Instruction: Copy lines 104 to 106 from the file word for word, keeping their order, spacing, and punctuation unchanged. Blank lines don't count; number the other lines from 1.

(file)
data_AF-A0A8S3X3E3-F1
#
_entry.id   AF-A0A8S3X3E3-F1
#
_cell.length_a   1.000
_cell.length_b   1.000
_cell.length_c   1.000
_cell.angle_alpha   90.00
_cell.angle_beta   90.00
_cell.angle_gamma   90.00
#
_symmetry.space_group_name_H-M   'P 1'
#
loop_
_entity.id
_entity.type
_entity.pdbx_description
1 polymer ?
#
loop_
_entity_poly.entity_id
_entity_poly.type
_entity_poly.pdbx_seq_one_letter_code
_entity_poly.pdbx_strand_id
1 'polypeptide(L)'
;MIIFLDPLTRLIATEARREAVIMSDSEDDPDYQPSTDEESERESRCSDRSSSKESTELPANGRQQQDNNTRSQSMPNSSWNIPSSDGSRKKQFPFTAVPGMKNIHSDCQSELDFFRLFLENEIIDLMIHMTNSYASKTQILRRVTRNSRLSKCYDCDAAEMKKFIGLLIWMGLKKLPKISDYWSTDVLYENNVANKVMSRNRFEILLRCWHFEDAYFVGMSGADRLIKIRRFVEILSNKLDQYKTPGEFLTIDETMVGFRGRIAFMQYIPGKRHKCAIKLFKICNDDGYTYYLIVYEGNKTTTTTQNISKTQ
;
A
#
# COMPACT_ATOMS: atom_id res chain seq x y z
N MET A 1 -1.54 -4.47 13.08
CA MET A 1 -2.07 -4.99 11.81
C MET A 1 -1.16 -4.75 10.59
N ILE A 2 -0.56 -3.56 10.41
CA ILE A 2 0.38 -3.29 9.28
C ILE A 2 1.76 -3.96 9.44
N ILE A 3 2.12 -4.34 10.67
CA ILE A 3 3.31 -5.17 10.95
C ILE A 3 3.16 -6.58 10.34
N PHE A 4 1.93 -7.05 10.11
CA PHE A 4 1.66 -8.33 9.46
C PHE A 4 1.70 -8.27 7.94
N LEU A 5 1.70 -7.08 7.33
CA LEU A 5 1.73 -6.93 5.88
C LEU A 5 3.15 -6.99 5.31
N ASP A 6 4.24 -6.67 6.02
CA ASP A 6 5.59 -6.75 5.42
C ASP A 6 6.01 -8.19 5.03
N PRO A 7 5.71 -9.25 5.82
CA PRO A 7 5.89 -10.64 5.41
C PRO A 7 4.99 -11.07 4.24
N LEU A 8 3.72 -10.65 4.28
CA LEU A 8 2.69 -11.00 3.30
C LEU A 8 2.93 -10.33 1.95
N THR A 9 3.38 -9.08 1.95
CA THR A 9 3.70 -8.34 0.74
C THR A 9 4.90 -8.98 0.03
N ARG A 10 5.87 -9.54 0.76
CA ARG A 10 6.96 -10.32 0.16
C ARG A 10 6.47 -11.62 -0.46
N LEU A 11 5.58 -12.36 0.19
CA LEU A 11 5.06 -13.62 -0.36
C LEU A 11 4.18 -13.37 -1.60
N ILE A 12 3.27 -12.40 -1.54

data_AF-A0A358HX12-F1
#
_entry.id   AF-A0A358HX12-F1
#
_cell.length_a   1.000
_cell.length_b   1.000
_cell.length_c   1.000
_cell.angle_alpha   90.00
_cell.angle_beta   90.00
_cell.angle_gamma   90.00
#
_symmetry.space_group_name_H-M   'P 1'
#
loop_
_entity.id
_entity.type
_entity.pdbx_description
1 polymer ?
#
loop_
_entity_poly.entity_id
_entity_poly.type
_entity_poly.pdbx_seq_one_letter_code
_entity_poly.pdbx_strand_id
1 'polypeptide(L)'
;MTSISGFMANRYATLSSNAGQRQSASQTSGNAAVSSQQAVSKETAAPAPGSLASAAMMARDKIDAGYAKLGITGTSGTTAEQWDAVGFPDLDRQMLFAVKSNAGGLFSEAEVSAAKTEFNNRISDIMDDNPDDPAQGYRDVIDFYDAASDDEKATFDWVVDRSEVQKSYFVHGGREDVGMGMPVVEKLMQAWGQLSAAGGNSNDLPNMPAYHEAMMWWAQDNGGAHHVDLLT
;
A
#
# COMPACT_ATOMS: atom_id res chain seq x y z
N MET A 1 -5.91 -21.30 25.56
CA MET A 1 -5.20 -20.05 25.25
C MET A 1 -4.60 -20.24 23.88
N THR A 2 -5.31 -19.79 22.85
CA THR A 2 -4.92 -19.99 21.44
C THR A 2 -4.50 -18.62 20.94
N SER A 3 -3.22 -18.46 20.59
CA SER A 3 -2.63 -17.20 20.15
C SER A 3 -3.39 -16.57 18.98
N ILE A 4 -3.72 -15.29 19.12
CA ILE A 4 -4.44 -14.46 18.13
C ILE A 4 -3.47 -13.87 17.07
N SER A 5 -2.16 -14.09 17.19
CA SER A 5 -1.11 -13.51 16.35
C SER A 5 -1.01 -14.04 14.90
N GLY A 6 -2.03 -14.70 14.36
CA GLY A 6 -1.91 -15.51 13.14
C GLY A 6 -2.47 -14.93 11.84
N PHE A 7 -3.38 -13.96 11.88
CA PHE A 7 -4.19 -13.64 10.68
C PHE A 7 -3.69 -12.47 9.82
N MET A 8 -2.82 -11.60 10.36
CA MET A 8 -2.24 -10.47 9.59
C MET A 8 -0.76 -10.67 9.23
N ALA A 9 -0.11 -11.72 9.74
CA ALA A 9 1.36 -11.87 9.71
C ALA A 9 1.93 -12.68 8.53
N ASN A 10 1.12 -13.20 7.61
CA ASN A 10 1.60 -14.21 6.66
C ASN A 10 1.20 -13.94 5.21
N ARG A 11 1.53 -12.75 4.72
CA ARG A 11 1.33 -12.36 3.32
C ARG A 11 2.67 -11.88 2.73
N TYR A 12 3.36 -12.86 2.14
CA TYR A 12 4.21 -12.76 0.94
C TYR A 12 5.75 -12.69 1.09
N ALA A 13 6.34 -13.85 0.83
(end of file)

N ILE A 4 -3.72 -15.29 19.12
CA ILE A 4 -4.44 -14.46 18.13
C ILE A 4 -3.47 -13.87 17.07